Ian Andrews

CIWM Journal Article – Review of Q1 Reprocessing/Export figures 2018.

At the start of this week the Environment Agency released the first set of Packaging Recovery Note (PRN) supply figures for 2018. These provide the first indication of the projected supply and will highlight what progress has been made towards this year’s targets.  China, its material bans on paper and plastic and the impacts are foremost on everyone’s minds.

With the Plastic market seeing the most volatility over the last few years it was comforting to see quarterly volumes reported at close to target. The initial report reported Plastic supply at 322,000 Tonnes (or 322KT) but this was quickly revised down to 251KT once submission errors had been rectified. At this level it was 10KT down on the same period last year.   However, with several reprocessors still to sign off their quarterly return, it is hoped that once completed, the supply will be on target for the quarter. Demand this year is expected to be about 265KT but the carry in tonnage should alleviate any short-term supply concerns.  This is last year’s December supply that can be used in this year and allows for a bit of a buffer in supply. Given the strength of the carry in one would expect prices to settle. If this supply can be maintained for Q2 then one would expect prices to soften later in the year.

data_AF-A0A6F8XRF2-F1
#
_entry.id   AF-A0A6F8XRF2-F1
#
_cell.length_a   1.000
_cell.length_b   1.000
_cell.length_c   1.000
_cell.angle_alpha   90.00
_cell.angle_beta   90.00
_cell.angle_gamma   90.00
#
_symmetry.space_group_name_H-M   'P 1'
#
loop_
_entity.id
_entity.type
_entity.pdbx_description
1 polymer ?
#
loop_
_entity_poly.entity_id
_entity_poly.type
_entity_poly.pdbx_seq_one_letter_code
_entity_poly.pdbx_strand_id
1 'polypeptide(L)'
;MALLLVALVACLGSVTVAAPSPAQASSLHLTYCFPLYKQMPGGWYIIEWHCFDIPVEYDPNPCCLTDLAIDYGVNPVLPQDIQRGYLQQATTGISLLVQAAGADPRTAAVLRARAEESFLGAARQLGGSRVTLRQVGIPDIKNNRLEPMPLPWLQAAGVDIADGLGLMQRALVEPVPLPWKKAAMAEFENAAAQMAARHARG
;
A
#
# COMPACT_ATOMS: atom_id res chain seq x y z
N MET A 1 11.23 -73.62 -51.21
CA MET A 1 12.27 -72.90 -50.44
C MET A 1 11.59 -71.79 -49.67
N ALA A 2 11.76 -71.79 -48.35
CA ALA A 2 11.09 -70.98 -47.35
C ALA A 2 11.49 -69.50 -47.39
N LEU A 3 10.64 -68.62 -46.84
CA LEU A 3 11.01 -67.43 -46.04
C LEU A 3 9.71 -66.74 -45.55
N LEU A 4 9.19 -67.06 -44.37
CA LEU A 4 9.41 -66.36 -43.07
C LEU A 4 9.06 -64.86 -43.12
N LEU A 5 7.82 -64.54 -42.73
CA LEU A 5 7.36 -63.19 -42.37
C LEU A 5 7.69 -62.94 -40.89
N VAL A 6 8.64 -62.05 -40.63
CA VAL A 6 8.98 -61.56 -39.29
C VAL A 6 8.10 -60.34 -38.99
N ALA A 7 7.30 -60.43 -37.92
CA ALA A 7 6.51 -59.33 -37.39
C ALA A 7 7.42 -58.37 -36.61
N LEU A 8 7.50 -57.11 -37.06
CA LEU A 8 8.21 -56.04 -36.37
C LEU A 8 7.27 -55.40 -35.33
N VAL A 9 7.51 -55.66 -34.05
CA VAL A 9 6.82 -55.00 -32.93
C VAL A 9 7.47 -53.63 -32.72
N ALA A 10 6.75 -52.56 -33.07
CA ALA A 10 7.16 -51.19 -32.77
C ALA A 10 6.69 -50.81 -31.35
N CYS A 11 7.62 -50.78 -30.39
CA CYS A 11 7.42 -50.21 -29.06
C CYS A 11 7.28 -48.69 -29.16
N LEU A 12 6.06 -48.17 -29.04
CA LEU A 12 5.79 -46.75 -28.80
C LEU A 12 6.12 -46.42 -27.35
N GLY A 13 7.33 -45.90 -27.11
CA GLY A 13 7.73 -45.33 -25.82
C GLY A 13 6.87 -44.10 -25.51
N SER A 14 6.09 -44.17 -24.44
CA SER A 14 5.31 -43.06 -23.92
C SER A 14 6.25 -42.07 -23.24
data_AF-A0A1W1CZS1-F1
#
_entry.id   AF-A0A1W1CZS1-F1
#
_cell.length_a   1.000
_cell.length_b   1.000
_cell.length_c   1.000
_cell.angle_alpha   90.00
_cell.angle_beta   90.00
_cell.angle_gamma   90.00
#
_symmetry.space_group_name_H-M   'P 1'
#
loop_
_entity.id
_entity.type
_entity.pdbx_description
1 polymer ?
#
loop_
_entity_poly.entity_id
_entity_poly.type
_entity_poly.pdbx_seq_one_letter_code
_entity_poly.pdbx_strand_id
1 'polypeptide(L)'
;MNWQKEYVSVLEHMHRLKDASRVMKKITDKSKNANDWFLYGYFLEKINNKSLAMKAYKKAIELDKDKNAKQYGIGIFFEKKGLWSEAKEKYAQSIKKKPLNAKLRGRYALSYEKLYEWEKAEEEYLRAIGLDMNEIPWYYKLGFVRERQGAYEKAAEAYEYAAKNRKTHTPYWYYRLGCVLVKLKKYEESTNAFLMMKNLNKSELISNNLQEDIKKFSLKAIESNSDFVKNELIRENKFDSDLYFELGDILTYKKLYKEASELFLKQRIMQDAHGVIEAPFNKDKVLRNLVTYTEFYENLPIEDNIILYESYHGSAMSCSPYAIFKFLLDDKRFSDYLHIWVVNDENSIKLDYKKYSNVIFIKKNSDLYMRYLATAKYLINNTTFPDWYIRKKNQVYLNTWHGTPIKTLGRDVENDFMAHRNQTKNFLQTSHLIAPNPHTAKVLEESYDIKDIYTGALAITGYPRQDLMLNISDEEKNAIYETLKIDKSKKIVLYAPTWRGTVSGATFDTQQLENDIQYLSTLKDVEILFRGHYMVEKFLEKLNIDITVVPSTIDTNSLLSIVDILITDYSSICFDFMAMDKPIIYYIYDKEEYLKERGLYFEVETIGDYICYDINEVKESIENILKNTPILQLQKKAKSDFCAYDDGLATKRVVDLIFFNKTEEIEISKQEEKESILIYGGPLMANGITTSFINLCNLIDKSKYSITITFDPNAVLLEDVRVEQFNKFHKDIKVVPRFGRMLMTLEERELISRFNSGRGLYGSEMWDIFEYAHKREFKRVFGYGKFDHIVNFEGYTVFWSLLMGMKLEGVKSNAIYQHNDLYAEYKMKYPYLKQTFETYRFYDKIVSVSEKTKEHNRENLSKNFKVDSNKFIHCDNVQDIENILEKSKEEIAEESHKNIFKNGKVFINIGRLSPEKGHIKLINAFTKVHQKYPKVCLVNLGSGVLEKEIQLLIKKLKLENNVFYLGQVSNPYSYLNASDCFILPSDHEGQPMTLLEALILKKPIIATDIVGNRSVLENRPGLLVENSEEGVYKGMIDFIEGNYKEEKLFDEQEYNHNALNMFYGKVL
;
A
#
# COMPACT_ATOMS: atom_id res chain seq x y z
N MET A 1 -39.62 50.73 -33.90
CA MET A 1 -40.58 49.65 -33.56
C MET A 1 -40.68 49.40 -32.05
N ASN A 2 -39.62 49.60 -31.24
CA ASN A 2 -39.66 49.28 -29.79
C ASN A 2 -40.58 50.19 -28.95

Paper reported a sizable drop in supply on the same period last year dropping from 966KT to 822KT. It is thought that the restrictions placed on the export of mixed papers to China are finally starting to take effect. Once again, a reasonably strong carry in figure should address the short term concerns. The market has already reported an increase in Paper prices due to Q1 supply being allocated to forward contracts which has left the market undersupplied. The rise is from £1 to £5 and possibly further increases in the Paper price can be expected as the dwindling supply receives more attention from general recycling buyers.